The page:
The prospect of an Atlantic League has been simmering in the background of Scottish Football for many many years. Former Oldco Rangers supremo, David Murray, was one of the first to suggest that it would be an inevitability – although he maybe should have been looking closer to home.
There has been more talk of it today, with reports in Daily Record claiming Aberdeen CEO Dave Cormack is keen to reignite the possibility of a league involving clubs mainly from Scotland and Scandinavia.
There was chat about it back in November, with Celtic being made aware of the situation along with Hibs, theRangers, Hearts and Aberdeen.
Whether or not it is viable remains to be seen, as it is thought Dermot Desmond would prefer a British league – how this would work long term with the prospect another Independence referendum in 2021 is up for huge debate.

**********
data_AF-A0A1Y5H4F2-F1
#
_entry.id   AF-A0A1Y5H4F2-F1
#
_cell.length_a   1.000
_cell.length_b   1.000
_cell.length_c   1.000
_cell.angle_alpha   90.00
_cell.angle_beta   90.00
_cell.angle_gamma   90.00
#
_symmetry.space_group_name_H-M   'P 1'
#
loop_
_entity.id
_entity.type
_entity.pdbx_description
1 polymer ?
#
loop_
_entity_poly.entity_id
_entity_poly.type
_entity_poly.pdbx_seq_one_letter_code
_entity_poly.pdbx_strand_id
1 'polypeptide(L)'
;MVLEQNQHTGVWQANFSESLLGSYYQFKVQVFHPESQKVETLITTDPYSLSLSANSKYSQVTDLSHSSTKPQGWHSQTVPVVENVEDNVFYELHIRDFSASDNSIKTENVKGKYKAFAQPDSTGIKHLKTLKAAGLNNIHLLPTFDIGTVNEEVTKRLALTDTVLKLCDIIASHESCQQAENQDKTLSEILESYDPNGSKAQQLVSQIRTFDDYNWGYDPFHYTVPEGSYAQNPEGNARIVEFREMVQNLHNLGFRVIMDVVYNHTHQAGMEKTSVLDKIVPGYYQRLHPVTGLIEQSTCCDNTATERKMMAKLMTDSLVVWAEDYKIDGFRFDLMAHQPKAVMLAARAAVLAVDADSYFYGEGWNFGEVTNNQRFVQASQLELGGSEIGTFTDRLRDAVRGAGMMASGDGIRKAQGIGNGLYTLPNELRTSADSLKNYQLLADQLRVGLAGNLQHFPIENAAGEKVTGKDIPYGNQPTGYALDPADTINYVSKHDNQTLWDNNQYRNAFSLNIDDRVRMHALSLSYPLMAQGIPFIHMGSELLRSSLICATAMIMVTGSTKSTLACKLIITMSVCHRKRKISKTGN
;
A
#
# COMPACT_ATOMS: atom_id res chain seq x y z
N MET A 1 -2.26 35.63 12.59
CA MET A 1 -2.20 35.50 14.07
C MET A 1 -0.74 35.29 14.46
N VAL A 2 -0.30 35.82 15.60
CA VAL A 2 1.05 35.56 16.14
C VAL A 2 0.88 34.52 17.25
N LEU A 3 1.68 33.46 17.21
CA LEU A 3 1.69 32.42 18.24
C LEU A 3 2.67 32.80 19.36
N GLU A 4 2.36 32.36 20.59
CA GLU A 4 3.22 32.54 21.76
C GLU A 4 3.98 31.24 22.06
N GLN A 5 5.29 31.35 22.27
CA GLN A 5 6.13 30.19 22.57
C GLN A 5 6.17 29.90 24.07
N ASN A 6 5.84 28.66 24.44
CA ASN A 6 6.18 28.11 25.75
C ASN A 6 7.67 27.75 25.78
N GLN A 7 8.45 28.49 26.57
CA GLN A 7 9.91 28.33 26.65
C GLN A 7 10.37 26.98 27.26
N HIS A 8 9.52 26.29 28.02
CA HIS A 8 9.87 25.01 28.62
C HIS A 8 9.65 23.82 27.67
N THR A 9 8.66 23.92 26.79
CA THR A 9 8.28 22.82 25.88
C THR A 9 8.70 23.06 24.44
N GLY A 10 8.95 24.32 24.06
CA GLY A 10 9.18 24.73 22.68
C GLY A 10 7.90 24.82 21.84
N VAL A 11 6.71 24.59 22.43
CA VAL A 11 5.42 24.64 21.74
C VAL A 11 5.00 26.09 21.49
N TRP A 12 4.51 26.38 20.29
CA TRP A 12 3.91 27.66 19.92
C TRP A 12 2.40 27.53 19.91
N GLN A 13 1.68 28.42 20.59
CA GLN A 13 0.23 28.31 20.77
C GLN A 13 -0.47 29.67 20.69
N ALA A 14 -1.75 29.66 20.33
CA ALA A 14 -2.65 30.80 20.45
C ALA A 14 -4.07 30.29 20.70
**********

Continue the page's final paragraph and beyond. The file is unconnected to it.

Celtic would be a huge draw for either scenario, and it would certainly shake things up. And after this season when the Ten-in-a-Row thing is put to bed one way or another there is perhaps a chance for the game in Scotland to look at the crucial aspect of the finances – the lack of television revenue due to the restraints of the Scottish Premiership – and look at redressing the imbalance. When teams like Burnley and Fulham earn a hundred times what Celtic do from TV revenue then you know there is a problem.
Yet a British league – or Celtic admitted to the English Premier League – remains a remote possibility to say the least unless the broadcaster forces the matter. Turkeys don’t vote for Christmas so the English sides are unlikely to welcome Scottish teams into their league.
Which brings us back to the Atlantic League and maybe the Aberdeen CEO Dave Cormack is right and this is the way forward. It’s certainly worth exploring.